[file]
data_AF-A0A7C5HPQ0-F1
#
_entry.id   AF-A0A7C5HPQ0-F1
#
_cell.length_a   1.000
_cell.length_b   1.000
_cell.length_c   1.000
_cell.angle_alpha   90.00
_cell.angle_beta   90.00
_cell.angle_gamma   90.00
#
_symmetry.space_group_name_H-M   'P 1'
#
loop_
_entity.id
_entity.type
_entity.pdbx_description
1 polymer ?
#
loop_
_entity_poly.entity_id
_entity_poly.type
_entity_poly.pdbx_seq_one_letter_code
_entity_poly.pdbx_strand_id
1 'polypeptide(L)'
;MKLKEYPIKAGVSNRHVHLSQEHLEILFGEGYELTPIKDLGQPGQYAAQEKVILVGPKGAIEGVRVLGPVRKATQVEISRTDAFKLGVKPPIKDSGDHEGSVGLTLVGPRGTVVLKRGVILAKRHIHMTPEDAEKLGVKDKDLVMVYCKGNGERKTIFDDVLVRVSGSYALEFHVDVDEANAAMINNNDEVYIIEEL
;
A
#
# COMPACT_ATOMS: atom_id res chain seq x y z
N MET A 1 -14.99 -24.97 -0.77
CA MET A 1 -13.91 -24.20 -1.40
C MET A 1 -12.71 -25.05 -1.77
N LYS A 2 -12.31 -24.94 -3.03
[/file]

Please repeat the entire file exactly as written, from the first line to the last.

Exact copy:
data_AF-A0A7C5HPQ0-F1
#
_entry.id   AF-A0A7C5HPQ0-F1
#
_cell.length_a   1.000
_cell.length_b   1.000
_cell.length_c   1.000
_cell.angle_alpha   90.00
_cell.angle_beta   90.00
_cell.angle_gamma   90.00
#
_symmetry.space_group_name_H-M   'P 1'
#
loop_
_entity.id
_entity.type
_entity.pdbx_description
1 polymer ?
#
loop_
_entity_poly.entity_id
_entity_poly.type
_entity_poly.pdbx_seq_one_letter_code
_entity_poly.pdbx_strand_id
1 'polypeptide(L)'
;MKLKEYPIKAGVSNRHVHLSQEHLEILFGEGYELTPIKDLGQPGQYAAQEKVILVGPKGAIEGVRVLGPVRKATQVEISRTDAFKLGVKPPIKDSGDHEGSVGLTLVGPRGTVVLKRGVILAKRHIHMTPEDAEKLGVKDKDLVMVYCKGNGERKTIFDDVLVRVSGSYALEFHVDVDEANAAMINNNDEVYIIEEL
;
A
#
# COMPACT_ATOMS: atom_id res chain seq x y z
N MET A 1 -14.99 -24.97 -0.77
CA MET A 1 -13.91 -24.20 -1.40
C MET A 1 -12.71 -25.05 -1.77
N LYS A 2 -12.31 -24.94 -3.03